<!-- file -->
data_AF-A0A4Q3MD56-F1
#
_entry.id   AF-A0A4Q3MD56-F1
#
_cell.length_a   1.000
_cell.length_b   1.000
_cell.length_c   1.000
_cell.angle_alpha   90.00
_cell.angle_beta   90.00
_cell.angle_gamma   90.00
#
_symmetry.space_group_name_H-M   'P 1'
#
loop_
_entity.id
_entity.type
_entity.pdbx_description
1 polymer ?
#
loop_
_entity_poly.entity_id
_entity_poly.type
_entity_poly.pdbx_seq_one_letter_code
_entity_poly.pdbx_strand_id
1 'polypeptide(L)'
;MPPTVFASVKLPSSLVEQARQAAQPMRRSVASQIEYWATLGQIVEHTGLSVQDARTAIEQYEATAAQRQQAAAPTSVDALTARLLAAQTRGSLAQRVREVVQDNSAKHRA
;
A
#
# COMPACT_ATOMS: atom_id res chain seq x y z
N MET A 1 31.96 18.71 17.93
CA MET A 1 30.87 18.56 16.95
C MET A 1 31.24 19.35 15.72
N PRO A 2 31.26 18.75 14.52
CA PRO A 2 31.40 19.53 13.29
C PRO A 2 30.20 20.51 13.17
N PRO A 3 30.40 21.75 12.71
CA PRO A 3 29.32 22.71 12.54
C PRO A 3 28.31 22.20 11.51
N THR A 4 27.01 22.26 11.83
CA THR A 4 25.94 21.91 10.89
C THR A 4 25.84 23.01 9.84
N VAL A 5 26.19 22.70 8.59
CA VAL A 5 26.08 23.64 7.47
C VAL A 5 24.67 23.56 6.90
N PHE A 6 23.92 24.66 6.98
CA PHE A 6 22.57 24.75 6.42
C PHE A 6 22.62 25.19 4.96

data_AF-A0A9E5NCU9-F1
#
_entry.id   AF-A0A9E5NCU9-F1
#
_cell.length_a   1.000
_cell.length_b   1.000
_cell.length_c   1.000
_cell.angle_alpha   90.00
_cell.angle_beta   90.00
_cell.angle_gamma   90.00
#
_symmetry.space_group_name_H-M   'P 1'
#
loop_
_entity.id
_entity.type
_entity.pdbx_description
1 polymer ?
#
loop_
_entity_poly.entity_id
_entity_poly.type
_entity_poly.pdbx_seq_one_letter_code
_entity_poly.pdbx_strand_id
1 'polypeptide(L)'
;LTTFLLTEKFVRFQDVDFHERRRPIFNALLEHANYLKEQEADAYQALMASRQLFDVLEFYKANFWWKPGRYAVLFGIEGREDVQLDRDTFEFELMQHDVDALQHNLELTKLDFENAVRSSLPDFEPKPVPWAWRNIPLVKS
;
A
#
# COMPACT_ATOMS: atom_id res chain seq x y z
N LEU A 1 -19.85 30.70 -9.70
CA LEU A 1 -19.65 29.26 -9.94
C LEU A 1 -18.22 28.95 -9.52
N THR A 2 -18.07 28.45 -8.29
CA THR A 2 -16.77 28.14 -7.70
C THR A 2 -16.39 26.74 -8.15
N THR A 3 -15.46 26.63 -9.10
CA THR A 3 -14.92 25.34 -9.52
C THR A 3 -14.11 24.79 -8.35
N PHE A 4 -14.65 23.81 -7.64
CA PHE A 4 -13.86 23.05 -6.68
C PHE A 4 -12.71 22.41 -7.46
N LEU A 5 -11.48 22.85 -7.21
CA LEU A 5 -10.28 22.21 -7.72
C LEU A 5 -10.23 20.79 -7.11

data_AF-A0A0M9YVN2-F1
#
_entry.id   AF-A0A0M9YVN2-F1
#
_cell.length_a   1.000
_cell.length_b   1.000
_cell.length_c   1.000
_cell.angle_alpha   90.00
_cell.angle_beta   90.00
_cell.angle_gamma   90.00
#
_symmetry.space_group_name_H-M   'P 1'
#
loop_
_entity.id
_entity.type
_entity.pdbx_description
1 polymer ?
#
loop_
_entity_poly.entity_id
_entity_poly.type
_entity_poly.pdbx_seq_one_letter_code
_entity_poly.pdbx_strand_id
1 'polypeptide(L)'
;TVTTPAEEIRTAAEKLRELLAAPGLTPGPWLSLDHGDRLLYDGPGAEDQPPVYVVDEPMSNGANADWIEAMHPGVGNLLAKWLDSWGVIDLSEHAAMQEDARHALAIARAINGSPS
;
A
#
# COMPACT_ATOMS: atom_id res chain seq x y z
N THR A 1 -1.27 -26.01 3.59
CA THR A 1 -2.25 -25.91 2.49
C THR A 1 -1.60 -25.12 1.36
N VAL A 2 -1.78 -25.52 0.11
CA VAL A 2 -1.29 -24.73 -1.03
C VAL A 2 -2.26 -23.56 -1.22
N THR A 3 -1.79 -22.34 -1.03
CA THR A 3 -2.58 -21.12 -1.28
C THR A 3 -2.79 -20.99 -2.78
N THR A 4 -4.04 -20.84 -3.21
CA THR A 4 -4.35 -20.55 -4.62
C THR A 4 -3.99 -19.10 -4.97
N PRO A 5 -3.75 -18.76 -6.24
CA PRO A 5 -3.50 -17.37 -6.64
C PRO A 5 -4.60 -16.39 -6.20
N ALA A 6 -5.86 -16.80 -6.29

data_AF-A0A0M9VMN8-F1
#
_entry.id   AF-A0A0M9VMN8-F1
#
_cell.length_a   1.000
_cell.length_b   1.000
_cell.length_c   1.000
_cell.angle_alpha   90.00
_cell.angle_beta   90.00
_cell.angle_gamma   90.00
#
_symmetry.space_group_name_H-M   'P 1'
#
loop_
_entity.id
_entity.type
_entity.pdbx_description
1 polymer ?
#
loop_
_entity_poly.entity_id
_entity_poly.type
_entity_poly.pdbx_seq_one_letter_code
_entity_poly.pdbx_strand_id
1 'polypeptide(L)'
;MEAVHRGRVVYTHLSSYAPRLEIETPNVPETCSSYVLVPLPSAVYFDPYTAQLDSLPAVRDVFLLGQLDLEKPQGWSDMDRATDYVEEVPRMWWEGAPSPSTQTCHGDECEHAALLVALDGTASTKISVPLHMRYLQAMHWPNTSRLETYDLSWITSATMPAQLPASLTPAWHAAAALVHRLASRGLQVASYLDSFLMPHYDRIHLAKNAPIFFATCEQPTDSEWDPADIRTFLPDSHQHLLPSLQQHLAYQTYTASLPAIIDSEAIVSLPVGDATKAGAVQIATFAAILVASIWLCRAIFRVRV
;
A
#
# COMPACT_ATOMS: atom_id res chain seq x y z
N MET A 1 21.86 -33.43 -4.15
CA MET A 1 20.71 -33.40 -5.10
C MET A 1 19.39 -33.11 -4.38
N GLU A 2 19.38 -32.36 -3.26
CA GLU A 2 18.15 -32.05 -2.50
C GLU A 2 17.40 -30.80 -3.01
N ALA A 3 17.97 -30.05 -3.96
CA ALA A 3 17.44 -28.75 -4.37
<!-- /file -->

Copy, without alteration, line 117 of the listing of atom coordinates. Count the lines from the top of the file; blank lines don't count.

_entity_poly.pdbx_strand_id